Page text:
The demand and application of micron and sub-micron manufacturing requirements is growing, which offers unique challenges and immense opportunities to a wide group of tool shops and production parts manufacturers in the United States. The term micromachining loosely refers to part details and holes smaller than the human hair that are measured only in microns-or one thousandth of a millimeter.
This focus on micromachining has captured the imagination of nearly every industrial segment. According to several market studies, micromanufacturing was a $3.9 billion industry in 2001. The market is expected to reach $9.6 billion by 2006.
Technical and application engineers at Makino, a global provider of advanced machining technology, say that such industries as biomedical, medical appliance, personal electronics, fluid transfer, optics and fiber optics, RF electronics, communications, military, aerospace products, and the automotive world are focused on micromanufacturing. They all see the potential in new and exciting consumer and industrial products emerging daily.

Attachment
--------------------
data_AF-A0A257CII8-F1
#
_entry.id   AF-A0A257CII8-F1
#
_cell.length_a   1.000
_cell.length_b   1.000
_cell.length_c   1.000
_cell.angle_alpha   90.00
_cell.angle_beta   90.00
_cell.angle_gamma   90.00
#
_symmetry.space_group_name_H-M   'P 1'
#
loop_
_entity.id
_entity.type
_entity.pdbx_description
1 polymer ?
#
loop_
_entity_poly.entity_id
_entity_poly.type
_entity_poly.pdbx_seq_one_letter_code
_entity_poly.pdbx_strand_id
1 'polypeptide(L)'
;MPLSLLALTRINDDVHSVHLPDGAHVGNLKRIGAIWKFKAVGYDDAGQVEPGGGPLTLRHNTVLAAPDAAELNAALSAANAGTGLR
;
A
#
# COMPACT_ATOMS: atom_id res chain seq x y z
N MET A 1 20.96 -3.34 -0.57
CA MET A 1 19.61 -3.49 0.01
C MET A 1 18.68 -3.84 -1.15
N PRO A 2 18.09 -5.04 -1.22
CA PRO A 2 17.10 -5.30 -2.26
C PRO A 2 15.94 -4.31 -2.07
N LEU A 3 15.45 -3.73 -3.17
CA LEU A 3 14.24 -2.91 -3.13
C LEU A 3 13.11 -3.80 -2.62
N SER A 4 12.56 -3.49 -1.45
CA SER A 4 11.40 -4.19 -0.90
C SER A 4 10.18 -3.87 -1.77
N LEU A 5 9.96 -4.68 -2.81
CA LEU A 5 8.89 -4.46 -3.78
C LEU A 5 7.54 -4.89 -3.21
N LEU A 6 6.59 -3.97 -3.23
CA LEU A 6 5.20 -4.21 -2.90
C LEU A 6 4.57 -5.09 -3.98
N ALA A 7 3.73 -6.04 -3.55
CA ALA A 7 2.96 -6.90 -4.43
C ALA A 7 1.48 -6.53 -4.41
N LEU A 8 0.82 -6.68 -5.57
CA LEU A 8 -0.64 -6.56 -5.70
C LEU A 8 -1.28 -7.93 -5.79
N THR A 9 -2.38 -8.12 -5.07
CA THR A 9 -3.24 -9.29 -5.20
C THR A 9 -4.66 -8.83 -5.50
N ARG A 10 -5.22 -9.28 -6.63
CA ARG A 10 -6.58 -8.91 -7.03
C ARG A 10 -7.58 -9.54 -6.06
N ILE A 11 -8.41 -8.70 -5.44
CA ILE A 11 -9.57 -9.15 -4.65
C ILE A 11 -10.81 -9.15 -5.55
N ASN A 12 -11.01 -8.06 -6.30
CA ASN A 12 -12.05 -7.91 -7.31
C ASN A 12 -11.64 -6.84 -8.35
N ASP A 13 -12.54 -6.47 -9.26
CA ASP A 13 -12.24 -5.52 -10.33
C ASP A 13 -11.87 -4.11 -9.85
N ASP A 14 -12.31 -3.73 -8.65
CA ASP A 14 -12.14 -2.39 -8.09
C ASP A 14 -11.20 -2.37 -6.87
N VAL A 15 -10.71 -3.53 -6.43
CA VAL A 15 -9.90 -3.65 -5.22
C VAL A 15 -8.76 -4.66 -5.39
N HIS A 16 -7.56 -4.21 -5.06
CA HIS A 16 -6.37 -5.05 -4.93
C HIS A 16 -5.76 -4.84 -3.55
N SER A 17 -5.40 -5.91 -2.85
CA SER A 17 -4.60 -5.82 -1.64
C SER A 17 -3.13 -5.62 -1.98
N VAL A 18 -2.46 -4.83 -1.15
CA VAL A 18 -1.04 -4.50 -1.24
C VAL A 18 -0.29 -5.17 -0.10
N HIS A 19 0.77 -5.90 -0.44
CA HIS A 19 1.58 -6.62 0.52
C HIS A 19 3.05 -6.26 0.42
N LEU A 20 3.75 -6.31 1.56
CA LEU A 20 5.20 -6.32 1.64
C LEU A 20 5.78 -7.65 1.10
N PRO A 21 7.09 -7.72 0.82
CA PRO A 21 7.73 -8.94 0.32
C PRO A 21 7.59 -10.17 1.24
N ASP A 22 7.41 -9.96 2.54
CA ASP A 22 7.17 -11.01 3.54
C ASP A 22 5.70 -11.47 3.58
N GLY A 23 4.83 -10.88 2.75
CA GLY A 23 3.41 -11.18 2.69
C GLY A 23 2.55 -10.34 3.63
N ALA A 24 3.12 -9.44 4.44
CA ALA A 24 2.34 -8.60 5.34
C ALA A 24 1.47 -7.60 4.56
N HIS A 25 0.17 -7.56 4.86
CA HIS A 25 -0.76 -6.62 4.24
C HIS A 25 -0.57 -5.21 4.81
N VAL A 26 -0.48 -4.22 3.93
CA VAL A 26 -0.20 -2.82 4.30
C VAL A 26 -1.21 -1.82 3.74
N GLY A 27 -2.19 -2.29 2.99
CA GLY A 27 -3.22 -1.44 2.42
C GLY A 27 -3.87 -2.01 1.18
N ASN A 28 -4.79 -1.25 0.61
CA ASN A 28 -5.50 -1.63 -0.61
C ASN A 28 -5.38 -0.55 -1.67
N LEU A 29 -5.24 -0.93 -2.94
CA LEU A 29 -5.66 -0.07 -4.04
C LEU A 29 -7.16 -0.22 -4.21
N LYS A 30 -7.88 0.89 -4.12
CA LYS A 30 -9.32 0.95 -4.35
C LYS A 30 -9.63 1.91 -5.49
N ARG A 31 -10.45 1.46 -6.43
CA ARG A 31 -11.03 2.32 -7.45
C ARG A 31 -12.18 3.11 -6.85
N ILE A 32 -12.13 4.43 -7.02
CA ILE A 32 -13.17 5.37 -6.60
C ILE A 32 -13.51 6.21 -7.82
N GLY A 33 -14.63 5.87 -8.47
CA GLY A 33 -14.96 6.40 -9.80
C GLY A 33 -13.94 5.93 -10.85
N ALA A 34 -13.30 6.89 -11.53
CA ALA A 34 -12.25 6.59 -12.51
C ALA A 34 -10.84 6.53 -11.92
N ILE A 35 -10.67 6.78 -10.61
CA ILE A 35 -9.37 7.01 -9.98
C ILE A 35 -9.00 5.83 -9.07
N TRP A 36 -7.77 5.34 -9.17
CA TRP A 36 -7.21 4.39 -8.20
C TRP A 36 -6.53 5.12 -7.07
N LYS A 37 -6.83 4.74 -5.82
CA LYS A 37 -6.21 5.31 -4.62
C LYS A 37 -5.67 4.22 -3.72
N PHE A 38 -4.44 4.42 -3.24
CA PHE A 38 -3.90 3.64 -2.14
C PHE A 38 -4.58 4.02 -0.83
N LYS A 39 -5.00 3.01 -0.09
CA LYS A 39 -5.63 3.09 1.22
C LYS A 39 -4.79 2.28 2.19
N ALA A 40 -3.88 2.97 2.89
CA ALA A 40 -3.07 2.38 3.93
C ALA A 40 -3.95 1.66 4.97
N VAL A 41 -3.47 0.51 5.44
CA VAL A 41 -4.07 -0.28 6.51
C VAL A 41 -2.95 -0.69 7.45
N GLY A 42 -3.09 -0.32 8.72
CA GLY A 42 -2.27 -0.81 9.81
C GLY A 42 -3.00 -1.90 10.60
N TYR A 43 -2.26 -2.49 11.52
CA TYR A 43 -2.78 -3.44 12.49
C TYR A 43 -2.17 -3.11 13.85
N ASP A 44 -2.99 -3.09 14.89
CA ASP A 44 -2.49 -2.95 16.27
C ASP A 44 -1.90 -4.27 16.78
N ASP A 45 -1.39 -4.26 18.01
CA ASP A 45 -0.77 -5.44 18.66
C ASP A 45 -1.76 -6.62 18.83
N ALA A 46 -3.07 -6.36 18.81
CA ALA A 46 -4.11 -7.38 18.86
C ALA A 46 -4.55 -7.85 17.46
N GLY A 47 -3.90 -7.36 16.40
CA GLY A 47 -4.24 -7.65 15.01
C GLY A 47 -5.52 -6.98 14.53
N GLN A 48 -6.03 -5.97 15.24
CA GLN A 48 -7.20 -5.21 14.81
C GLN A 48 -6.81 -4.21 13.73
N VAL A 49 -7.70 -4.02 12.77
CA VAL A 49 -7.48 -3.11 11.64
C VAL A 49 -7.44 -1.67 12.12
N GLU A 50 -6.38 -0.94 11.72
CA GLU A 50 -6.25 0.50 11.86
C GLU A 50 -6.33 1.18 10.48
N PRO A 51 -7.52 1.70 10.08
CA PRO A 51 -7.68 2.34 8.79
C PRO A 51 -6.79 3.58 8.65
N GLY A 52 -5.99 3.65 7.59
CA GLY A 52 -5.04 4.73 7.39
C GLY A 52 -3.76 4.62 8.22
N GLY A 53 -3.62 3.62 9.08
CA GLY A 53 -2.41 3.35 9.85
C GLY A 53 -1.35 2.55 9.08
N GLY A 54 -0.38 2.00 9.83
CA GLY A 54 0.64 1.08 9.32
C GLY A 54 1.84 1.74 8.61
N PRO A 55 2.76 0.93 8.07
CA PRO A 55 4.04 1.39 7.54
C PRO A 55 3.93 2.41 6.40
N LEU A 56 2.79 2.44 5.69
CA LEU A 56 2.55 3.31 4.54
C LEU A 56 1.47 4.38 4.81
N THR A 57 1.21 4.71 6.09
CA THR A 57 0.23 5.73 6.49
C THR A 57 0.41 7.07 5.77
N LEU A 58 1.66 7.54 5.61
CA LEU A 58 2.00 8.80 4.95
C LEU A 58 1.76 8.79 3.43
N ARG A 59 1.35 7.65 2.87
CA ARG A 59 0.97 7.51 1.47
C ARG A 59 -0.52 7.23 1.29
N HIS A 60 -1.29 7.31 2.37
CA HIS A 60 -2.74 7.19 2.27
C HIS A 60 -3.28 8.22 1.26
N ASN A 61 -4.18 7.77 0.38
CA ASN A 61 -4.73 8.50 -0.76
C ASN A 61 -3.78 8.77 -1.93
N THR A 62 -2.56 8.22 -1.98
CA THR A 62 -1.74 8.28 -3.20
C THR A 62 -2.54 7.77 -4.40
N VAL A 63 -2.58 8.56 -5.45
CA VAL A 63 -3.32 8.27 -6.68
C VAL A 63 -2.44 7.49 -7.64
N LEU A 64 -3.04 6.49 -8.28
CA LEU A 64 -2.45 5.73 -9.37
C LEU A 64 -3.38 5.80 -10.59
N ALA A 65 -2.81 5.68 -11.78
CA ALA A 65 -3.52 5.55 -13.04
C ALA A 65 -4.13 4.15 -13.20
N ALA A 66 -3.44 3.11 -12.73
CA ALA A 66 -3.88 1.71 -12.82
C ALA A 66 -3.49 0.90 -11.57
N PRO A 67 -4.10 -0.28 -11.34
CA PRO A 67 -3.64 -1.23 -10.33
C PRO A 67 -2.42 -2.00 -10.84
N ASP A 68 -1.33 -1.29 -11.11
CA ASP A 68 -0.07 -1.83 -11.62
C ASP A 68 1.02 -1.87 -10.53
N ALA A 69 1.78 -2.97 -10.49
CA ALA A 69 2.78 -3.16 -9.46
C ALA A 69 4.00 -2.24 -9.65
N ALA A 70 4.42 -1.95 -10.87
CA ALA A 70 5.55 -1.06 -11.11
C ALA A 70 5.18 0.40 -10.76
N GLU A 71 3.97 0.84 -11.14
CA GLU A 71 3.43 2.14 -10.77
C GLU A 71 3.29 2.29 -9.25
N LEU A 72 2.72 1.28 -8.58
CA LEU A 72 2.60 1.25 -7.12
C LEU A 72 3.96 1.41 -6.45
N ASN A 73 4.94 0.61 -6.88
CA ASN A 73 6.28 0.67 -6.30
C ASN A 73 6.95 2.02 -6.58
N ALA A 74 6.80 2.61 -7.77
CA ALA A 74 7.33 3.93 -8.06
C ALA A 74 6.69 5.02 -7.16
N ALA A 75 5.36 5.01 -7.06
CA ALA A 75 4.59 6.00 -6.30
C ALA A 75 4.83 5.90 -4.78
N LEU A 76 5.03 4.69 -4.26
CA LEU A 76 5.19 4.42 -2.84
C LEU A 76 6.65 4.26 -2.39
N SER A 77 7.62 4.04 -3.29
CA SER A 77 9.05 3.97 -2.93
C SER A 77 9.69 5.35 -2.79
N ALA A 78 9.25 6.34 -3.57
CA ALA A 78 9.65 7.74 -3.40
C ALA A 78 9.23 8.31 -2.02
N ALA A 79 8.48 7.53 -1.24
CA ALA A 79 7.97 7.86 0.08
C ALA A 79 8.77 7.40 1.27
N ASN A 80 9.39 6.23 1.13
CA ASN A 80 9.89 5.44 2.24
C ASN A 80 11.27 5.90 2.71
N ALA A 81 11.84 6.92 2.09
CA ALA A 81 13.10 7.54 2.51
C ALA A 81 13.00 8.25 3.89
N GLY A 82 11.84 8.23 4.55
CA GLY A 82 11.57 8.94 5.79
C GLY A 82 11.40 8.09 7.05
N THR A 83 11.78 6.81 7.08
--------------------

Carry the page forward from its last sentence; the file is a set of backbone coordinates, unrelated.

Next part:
These smaller, lighter parts with higher degrees of functionality have set new demands on original equipment manufacturers to reevaluate the design and concepts of various machining systems and technologies. You may have already experienced a number of emerging uses in micromachined parts in your computer, heart monitor or pacemaker, automobile, cell phone, and many more applications.
The capability to produce parts with such high accuracy and surface quality on a variety of newer materials, including metal alloys and ceramic, is in very high demand. Unique new machines can produce holes as tiny as 0.00078 inches in diameter, 100 times smaller than many previous machining operations.
The application of micromanufacturing represents a "business reality" to machine manufacturers and suppliers. Learning to apply these high-tech designs, concepts and machine tools will permit U.S. manufacturers to offer a broader understanding and service capability to combat foreign manufacturing competition.
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